The authors of the study called for better methods to cut back on unnecessary angiograms for the remaining two-thirds of patients in the study whose coronary angiograms found no significant heart artery disease, and yet exposed them to the dangers of the procedure.

 

Invasive coronary angiograms carry a 1-in-1,000 risk of major stroke, heart attack or death. They also carry between 5 and 22 per cent risk of silent strokes, based on data from multiple prospective studies using magnetic resonance imaging (MRI) of the brain before and after the angiogram.

 

Increasingly, alternative diagnostic methods have become available for those suspected to have coronary artery disease. These include nuclear myocardial perfusion scans, rubidium cardiac PET scans, computed tomography of the heart arteries, stress echocardiography, MRI myocardial perfusion scans and MRI scans of the heart arteries.

 

The first three require exposure to ionising radiation; the last three do not.

 

But is exposure to low-dose ionising radiation from cardiac imaging and therapeutic procedures safe?

 

There have been concerns of cancers developing with the increasing use of ionising radiation during diagnostic imaging of heart disease and during the use of catheter-based techniques to open up blocked heart arteries.

 

It would seem the concern has some basis. In a study published in the Canadian Medical Association Journal last year, a cohort of 82,861 patients who had a heart attack between April 1996 and March 2006 but no history of cancer were assessed for the risk of cancer following exposure to ionising radiation from cardiac procedures. Of the lot, 63,831 were exposed to ionising radiation for cardiac procedures, and 12,020 (19 per cent) had new cancers diagnosed during the follow-up period. The risk of cancer also increased with increased exposure to radiation from cardiac procedures.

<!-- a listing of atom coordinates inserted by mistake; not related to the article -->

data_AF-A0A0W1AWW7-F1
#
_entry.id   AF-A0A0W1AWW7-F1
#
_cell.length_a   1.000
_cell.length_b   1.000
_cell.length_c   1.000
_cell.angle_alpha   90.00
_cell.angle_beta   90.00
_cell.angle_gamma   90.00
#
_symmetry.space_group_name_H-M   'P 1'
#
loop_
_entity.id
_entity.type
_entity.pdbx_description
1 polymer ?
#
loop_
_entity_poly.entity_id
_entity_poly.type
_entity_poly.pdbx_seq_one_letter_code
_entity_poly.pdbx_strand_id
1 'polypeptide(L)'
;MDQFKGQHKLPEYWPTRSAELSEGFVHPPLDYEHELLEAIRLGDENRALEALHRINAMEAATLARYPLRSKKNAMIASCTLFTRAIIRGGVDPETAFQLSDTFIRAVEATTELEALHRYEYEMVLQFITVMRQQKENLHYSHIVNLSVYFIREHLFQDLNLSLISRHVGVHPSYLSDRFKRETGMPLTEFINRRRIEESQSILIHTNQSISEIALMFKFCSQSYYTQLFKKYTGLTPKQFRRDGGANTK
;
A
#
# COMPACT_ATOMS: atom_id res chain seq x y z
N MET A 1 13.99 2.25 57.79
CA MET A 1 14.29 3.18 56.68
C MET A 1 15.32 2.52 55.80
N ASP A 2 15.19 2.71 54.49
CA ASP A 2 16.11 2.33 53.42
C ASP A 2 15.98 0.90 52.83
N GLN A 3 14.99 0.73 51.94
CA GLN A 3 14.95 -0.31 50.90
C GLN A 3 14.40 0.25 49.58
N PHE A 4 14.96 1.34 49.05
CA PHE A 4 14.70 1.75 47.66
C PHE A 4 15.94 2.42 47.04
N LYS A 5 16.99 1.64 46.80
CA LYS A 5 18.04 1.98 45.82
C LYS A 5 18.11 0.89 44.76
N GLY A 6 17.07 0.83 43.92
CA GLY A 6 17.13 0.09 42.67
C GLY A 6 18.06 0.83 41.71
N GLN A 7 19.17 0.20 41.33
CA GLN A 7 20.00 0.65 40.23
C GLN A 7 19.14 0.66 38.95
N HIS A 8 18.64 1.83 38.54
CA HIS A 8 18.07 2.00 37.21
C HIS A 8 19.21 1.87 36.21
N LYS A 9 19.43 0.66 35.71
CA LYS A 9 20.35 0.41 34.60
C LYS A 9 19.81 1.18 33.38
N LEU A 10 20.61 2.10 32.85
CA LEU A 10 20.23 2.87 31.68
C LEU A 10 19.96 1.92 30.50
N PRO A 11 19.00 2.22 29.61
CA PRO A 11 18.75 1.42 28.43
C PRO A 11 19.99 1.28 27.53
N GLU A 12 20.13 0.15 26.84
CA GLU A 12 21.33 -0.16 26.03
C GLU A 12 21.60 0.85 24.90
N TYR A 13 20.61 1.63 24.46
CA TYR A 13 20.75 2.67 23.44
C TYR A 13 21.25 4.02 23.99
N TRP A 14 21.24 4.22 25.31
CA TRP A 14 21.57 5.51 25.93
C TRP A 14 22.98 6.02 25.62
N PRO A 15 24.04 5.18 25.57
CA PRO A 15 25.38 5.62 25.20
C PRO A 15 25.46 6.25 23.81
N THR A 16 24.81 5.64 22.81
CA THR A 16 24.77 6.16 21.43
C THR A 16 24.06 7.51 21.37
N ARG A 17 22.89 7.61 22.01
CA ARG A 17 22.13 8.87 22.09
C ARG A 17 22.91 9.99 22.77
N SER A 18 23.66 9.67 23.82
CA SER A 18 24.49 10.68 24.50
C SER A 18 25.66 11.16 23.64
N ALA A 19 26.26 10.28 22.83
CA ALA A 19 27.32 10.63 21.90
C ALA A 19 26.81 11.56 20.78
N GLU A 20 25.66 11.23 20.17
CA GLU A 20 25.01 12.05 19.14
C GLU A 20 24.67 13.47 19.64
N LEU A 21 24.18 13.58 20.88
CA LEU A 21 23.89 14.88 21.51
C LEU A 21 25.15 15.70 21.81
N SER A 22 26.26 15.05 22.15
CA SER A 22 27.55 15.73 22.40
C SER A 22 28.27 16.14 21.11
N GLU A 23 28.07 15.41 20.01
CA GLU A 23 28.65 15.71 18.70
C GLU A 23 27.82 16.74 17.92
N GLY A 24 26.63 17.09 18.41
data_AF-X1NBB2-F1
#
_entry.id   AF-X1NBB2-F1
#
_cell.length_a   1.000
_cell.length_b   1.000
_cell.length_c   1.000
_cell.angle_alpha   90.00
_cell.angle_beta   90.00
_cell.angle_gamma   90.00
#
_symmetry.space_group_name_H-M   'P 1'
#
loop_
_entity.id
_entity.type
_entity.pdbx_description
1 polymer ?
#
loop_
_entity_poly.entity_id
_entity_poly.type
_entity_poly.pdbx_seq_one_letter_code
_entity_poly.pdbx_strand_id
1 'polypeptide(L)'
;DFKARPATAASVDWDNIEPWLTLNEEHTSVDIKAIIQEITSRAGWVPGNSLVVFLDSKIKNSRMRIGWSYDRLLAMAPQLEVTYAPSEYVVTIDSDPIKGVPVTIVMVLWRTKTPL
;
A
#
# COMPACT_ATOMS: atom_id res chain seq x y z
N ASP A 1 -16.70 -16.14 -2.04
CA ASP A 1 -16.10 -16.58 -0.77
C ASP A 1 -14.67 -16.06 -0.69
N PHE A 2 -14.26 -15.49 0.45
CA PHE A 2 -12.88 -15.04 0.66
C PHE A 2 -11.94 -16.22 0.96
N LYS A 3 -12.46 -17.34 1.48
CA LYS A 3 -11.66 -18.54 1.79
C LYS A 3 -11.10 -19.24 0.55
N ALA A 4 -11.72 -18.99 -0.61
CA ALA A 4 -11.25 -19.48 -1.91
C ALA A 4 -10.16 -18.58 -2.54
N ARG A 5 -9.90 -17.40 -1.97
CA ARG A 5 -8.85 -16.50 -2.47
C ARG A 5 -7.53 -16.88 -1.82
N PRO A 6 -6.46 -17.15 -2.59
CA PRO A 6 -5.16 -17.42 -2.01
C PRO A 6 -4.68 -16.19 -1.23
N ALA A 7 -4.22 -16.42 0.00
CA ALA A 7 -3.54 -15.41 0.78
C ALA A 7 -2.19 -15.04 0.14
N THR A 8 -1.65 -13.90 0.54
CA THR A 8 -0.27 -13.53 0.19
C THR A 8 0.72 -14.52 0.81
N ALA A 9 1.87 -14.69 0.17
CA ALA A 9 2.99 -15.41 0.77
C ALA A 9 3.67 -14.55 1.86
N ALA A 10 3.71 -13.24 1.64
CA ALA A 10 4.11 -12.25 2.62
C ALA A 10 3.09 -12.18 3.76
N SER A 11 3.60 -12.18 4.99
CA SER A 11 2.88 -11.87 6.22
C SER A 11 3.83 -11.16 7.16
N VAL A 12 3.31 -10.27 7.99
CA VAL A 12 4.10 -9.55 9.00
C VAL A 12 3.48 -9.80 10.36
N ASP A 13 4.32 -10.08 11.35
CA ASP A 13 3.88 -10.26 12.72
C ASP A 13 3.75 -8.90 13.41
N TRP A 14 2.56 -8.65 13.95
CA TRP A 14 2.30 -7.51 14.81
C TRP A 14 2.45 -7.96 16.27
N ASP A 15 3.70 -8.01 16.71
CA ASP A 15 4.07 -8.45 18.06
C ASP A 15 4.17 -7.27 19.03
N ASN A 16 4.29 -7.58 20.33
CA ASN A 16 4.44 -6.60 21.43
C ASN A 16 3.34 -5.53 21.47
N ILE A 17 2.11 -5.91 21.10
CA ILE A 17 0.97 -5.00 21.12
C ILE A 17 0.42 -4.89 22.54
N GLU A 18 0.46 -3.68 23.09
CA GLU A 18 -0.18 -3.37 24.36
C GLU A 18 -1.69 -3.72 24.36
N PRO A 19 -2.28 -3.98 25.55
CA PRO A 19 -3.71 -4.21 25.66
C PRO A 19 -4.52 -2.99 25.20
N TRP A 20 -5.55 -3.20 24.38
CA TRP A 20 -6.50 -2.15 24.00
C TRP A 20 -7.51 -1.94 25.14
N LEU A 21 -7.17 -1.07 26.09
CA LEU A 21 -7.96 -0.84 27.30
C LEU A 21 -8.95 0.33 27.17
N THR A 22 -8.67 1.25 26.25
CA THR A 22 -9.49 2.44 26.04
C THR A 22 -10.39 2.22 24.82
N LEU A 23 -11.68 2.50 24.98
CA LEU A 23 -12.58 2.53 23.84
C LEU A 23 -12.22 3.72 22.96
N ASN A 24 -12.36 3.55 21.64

The unit of measurement of the biological effect of radiation is the sievert (Sv). Every 10 millisieverts of ionising radiation raised the risk of age- and sex-adjusted cancer by three per cent over a mean follow-up period of five years.

 

About 27 per cent of the cancers were thoracic cancers, including breast cancers; 42 per cent were abdominal and pelvic cancers.

 

The authors thus concluded that exposure to ionising radiation had a direct link with increased cancer risk and that forms of MRI imaging which did not involve ionising radiation were not used extensively enough.

 

As for Ms A, she consulted friends and other doctors, after which she decided against an invasive coronary angiogram; subsequent evaluation found no objective evidence of significant coronary artery disease. She had thus sidestepped the real risks of an invasive coronary angiogram and the potential risk of cancer from exposure to X-ray radiation.

The decision was also lighter on her pocket.

 

For men, the treadmill test has an accuracy of only 70 per cent; false positives are possible. However, if the treadmill test is abnormal, it will be usual for the physician to advise the patient to undergo further tests to look for significant coronary artery disease.